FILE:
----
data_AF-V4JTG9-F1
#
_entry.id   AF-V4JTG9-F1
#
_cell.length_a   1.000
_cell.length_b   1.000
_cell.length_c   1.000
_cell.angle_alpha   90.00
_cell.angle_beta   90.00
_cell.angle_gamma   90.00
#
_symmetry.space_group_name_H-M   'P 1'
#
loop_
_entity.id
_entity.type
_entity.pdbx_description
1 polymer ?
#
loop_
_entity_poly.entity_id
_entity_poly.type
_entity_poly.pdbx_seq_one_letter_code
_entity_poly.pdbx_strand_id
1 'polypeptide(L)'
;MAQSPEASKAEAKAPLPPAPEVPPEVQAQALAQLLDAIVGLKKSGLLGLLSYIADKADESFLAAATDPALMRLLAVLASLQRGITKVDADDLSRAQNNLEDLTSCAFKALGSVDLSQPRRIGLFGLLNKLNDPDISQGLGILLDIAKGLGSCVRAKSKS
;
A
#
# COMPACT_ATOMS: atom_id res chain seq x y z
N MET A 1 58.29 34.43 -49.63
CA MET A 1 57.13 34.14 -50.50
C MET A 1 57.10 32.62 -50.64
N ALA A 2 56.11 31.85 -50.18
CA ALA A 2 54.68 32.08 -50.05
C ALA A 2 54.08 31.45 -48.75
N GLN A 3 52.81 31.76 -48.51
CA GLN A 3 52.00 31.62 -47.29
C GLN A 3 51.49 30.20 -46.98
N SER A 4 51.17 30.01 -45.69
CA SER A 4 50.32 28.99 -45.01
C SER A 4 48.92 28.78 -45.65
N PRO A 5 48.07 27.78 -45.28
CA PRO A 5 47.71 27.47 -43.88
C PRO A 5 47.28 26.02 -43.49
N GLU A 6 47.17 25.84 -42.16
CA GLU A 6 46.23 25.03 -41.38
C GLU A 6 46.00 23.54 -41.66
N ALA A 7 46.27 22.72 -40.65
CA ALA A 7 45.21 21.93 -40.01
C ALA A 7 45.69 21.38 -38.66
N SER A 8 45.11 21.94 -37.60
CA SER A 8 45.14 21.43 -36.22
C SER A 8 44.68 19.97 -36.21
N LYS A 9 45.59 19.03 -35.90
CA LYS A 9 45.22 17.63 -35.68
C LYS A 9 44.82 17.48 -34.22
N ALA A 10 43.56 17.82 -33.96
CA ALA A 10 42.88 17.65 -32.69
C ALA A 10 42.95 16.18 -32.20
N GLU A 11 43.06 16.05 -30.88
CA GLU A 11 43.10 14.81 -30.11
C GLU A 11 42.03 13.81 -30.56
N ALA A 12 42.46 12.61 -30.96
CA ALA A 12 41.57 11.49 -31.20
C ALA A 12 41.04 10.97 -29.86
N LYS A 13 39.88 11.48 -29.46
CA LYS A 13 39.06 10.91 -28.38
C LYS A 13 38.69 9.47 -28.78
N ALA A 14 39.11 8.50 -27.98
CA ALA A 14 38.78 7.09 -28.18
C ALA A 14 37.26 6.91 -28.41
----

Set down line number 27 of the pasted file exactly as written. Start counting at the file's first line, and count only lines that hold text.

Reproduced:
;